Polling data in the Arab world suggests that Arab public opinion largely rejects the assertion that U. Such power dynamics associated with democracy discourse can be influential. Walid Kazziha argues that despite the fact that Arab intellectual debate on democracy had been lively in the twentieth century and home-grown demands for political opening had been placed on regimes, Western discourse on democracy grew in influence in the region from the s onwards, and by the beginning of the 21st century, the "Arab drive for democratization, which emerged after the Arab defeat, had been diverted from its national course, due to the intervention of the West.
Indeed, development discourse and the categories it creates can have severe power implications, in the view of some scholars, who say such discourse is an extension of the "coercive power of Western-dominated global institutions. What is often ignored in the discussion of a development scheme based on providing technical knowledge, Mitchell argues, is that an organization like USAID is hardly "a rational consciousness standing outside the country" as it imagines itself to be, but "is in fact a central element in configurations of power within the country.
He maintains that democracy rhetoric is also employed according to American-defined categories such as promoting economic liberalization, citing a USAID report's calls for political decentralization and encouraging "democracy and pluralism" as a means of empowering rural landlords who would support free market economy at the expense of local peasants. Some critics have also argued that the U. From Wikipedia, the free encyclopedia. Interests and Goals in the Middle East. Middle East Policy.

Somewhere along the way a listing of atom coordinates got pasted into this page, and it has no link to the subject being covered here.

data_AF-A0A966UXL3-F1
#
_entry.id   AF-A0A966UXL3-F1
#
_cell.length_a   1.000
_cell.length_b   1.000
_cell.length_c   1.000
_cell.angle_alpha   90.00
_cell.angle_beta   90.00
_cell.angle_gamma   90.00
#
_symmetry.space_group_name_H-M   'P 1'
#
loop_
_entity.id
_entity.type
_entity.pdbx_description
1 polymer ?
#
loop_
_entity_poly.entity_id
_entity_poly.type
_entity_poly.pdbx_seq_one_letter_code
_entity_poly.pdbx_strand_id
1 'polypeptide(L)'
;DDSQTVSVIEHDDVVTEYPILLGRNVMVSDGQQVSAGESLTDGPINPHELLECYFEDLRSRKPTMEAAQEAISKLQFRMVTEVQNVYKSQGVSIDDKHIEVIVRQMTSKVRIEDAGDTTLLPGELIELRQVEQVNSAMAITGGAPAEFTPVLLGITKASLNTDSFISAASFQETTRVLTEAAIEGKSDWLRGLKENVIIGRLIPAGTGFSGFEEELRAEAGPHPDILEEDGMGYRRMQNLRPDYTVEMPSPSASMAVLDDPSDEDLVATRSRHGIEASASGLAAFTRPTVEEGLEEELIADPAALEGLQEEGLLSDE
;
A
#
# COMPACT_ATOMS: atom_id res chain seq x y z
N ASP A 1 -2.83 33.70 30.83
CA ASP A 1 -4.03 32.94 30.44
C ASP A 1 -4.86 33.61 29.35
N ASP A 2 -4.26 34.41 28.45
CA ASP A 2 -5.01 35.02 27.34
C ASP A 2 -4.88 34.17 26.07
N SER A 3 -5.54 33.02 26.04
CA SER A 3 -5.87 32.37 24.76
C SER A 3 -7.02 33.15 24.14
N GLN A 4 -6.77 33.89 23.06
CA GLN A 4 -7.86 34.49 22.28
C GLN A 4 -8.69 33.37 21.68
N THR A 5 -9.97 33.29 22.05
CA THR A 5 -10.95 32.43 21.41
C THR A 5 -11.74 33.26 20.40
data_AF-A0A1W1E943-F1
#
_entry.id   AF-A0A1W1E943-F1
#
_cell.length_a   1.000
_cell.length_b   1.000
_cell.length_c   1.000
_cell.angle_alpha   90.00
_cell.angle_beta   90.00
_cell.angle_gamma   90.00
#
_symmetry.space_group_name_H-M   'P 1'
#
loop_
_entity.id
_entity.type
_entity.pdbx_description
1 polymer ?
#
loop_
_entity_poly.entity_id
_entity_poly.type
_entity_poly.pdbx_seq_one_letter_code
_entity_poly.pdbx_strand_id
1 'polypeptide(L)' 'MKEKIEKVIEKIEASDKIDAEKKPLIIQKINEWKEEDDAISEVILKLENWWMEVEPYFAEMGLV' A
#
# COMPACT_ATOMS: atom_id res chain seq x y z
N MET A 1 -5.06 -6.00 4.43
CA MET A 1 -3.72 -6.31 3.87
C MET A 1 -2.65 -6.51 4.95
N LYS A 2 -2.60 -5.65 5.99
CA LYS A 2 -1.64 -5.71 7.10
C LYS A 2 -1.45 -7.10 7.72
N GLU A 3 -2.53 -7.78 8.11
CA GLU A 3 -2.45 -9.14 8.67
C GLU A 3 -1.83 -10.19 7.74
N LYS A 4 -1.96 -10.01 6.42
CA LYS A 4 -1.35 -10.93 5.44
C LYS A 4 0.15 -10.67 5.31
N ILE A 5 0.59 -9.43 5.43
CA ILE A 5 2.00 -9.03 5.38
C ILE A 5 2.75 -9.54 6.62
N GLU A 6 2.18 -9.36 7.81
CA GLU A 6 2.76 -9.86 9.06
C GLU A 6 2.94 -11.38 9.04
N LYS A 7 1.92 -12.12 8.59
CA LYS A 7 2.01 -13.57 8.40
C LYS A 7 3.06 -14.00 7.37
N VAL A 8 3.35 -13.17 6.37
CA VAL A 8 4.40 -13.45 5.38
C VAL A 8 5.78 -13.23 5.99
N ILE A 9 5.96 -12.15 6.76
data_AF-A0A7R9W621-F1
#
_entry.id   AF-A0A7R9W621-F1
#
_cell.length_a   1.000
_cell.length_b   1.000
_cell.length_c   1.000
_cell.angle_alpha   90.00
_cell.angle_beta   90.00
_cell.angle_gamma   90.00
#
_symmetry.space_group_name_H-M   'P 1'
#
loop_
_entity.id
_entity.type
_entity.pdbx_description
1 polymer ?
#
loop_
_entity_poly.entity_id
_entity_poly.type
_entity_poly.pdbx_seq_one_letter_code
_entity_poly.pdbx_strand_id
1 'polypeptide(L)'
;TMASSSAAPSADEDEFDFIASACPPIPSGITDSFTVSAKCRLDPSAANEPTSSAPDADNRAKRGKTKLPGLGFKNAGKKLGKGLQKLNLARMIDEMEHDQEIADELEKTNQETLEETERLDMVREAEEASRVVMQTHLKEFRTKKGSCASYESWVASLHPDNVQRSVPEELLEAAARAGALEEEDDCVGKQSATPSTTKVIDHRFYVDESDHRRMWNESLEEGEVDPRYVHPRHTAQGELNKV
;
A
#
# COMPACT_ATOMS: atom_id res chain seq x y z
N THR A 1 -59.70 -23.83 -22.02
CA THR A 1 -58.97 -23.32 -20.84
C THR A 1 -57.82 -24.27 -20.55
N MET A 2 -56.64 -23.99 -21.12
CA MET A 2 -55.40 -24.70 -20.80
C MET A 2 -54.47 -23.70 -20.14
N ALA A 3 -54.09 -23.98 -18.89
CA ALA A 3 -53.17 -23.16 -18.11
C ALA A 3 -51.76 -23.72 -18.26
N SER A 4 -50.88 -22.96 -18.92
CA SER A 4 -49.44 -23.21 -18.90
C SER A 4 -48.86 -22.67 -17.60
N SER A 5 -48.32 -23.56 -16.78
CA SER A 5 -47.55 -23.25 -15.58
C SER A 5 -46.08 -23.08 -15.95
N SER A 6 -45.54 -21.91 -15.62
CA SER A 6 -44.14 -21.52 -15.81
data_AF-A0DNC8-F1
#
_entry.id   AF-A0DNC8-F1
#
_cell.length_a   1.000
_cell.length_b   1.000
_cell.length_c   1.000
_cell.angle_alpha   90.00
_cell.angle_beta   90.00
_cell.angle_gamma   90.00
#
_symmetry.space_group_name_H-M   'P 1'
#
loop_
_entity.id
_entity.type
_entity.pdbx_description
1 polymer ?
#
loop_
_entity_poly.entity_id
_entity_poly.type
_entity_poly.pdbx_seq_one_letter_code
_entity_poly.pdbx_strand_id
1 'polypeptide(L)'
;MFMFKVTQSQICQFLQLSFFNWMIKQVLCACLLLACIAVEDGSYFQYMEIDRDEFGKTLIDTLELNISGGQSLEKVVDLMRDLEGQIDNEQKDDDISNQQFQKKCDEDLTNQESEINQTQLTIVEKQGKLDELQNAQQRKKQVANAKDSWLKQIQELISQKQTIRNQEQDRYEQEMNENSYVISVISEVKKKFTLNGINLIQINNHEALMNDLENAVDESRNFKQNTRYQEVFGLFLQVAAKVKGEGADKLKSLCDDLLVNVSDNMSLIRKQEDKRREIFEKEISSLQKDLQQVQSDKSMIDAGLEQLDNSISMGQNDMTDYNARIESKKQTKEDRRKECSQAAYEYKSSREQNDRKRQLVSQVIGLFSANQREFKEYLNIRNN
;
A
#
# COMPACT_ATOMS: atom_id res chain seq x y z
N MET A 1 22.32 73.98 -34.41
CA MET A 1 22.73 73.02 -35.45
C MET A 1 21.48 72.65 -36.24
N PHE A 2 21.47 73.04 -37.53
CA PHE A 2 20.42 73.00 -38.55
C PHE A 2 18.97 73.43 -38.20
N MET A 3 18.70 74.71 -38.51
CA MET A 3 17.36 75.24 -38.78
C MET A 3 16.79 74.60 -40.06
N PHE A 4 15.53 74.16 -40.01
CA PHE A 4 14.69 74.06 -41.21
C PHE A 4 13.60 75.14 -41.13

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Amin Saikal and Albrecht Schnabel. Retrieved 29 May Picard, Louis A. Armonk, NY: M. Sharpe , Inc. May The International Politics of the Middle East. Manchester: Manchester University Press , Gregory International Studies Review. International Affairs.
Cairo: American University in Cairo Press , Cairo: American University in Cairo Press, Political Behavior. New York: Zed Books , Nathan J. Brown and Emad el-Din Shahin. London: Routledge , Yehudah Mirsky and Matt Ahrens. Foreign Policy. July November 6, Jann Einfeld. New York: Greenhave Press, Cairo, Egypt. September New York Times. June 4, October 15, October 25, Carnegie Endowment for International Peace.
September 28, November October Seligson, Vanderbilt University; C. New Internet capabilities provide more access for greater participation in governance and are increasingly exposing corruption. Synergistically self-organized human rights movements for sustainable global democratic systems are taking place all over the world. The long-term growth of democratization has stalled over the past decade.